WASHINGTON, Sept. 20 -- Independent counsel Robert Ray Wednesday cleared the president and the first lady of criminal wrongdoing in the 6-year investigation of Arkansas business dealings known as "Whitewater."
Ray's Whitewater report remains under seal with the three-judge panel that oversees independent counsel investigations. But Ray issued a statement after the report was filed Wednesday, repeatedly saying his office "determined that the evidence was insufficient to prove beyond a reasonable doubt" each of the major allegations in the investigation.
However, Ray also said he could not determine why there was an 18-month delay in finding the billing records of the Rose Law Firm in Little Rock.
And Ray contended that his office "experienced delay caused by the White House and others involving both the production of relevant evidence and the filing of legal claims that were ultimately rejected by the courts."
A statement released after the report by the White House did not address that issue, but instead marked his ultimate conclusions. "Robert Ray is now the latest investigator to complete an examination of the transactions related to the Whitewater Development Co. and conclude that there are no grounds for legal action," the statement said.
The Whitewater investigation officially began in January 1994 when Attorney General Janet Reno appointed special counsel Robert Fiske to investigate allegations involving the relationship between President Clinton and first lady Hillary Rodham Clinton on one hand, and business partners James McDougal and his former wife Susan on the other.
The probe concentrated on the activities of McDougal's Madison Guaranty Savings & Loan Association; Capital Management Services Inc., a firm that routed Small Business Administration loans, and the Whitewater Development Corp., a failed business venture started by the McDougals and Clintons.
Fiske was replaced by former federal Judge Kenneth Starr in August 1994 after Congress re-enacted the Independent Counsel Act. The three-judge panel rejected Reno's recommendation of Fiske, and instead selected Starr as the independent counsel. Starr resigned last year, and Ray was appointed to finish the investigation.
At the center of the Whitewater probe was whether Clinton borrowed money from Madison Guaranty, which eventually failed.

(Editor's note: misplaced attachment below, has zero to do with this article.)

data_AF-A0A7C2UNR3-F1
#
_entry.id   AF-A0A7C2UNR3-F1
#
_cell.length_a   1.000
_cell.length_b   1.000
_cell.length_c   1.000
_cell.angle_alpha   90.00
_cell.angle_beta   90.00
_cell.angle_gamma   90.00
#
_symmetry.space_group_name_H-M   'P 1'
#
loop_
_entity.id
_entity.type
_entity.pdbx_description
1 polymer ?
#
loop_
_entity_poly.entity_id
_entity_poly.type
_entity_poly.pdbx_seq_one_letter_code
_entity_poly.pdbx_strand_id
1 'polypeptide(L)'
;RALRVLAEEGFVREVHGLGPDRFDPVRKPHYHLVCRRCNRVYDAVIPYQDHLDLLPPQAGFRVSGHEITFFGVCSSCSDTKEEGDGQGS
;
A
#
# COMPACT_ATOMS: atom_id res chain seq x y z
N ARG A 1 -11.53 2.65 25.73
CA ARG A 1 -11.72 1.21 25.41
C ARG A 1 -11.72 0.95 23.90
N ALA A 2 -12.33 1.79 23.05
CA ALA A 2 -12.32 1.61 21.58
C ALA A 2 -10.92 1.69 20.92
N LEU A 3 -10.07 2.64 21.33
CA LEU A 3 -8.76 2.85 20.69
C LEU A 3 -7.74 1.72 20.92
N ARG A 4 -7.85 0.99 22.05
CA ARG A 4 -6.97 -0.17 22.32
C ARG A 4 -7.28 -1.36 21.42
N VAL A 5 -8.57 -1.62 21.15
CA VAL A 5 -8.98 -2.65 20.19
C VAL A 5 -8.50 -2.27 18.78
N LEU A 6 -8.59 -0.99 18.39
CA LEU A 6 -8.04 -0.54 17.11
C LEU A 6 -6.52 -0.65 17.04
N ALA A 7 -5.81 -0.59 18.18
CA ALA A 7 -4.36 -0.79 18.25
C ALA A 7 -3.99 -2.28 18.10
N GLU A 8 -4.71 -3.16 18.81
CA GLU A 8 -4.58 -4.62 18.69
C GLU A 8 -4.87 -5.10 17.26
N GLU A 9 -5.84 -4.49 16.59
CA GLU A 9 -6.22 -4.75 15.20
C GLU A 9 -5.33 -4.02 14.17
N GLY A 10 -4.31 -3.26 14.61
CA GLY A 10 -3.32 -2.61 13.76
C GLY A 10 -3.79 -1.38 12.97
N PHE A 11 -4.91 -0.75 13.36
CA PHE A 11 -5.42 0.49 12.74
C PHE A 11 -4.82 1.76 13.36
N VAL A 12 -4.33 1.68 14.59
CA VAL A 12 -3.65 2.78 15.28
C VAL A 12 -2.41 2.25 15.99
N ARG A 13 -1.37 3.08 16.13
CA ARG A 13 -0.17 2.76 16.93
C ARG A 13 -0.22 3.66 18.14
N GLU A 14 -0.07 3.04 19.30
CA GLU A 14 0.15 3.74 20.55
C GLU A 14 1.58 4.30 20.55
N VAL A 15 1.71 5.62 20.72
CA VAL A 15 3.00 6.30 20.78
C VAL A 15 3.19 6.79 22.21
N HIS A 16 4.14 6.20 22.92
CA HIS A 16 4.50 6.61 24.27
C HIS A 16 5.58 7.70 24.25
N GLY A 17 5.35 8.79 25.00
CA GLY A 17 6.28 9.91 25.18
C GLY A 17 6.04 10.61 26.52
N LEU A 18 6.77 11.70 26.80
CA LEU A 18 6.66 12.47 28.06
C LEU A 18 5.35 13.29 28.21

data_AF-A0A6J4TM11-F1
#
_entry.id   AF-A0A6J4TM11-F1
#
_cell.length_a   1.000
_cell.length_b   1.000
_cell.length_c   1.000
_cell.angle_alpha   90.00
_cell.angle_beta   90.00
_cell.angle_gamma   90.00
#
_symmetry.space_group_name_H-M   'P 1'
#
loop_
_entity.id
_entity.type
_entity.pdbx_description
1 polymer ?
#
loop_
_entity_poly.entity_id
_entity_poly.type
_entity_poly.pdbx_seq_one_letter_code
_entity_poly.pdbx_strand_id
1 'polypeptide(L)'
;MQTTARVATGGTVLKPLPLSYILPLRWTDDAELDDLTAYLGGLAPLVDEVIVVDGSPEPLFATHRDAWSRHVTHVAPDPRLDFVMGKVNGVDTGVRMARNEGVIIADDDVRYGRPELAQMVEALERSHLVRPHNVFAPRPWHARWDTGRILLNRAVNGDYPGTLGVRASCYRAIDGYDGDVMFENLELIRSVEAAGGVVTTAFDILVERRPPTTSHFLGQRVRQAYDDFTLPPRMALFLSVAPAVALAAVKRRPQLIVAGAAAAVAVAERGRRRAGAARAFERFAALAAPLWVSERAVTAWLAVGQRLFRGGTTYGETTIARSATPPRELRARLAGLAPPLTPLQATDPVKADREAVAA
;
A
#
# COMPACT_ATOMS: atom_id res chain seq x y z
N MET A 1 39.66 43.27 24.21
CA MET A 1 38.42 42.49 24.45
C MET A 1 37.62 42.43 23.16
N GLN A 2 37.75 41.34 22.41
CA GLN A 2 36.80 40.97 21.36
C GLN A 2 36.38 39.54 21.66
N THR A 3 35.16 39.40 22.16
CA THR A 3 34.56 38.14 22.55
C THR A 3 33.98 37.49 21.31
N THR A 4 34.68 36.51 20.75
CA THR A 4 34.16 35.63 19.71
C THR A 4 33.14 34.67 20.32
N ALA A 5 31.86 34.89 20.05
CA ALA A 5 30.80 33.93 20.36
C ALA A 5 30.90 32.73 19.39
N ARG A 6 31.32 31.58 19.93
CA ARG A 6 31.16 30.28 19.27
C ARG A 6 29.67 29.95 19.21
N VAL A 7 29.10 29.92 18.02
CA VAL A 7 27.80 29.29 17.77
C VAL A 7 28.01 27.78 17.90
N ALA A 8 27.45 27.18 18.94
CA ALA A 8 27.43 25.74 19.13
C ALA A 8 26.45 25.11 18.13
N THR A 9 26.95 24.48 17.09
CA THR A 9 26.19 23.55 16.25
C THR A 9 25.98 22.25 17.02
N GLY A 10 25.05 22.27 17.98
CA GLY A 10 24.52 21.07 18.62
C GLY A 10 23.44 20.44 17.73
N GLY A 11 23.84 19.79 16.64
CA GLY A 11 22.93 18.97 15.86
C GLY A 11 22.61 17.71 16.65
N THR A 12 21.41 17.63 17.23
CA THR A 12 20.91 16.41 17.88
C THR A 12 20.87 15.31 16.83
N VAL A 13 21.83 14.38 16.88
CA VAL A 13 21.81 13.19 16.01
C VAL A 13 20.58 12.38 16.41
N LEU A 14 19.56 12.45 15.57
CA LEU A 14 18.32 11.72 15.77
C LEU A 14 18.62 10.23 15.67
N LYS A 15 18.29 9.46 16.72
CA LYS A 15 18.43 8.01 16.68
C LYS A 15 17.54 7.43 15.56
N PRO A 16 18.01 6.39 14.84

Ray said Wednesday that the "evidence regarding this alleged loan was insufficient to prove beyond a reasonable doubt that President Clinton borrowed moneycaused anyone to borrow money for his benefitor had any personal loan at any time from Madison Guaranty."
The independent counsel's office offered a check made out to "Bill Clinton," and a check made out to the savings and loan, as evidence in Susan McDougal's 1999 trial for contempt for refusing to testify about the alleged loan.
"Neither check reflected a signature or endorsement by Bill Clinton," Ray said, though both had been deposited and processed.
In other matters, Ray concluded that there was insufficient evidence to prove that Clinton, as Arkansas governor, knew of a $300,000 loan from CMS to Susan McDougal or lied about it under oath; or lied under oath about Madison Guaranty's hiring of the Rose Law Firm, which employed Hillary Rodham Clinton.
The independent counsel concluded that there was insufficient evidence to prove that Hillary Clinton lied about her work as an attorney for Madison Guaranty, or obstructed justice in the production of Rose Law Firm billing records.
The records turned up in the White House in 1996, 18 months after Hillary Clinton received a subpoena for them.
Ray said there was insufficient evidence to prove that Webster Hubbell, a Clinton friend forced to resign as associate attorney general in 1994 before pleading guilty to a felony, was hired after his resignation by Clinton supporters as a "quid pro quo" for his silence about the first couple.
Earlier, Ray had cleared the Clintons in the 1993 firing of the White House Travel Office staff and the White House acquisition of FBI file summaries on Republicans in late 1993 and early 1994.
Starr's investigation of the president's statements denying his sexual liaison with former White House intern Monica Lewinsky led to Clinton's impeachment in the House in late 1998. But the president was acquitted by the Senate in February 1999.
Ray is overseeing a grand jury in Washington that is investigating matters covered by the impeachment and trial in Congress. He has said he would consider whether Clinton should be indicted on the Lewinsky matter after the president leaves office.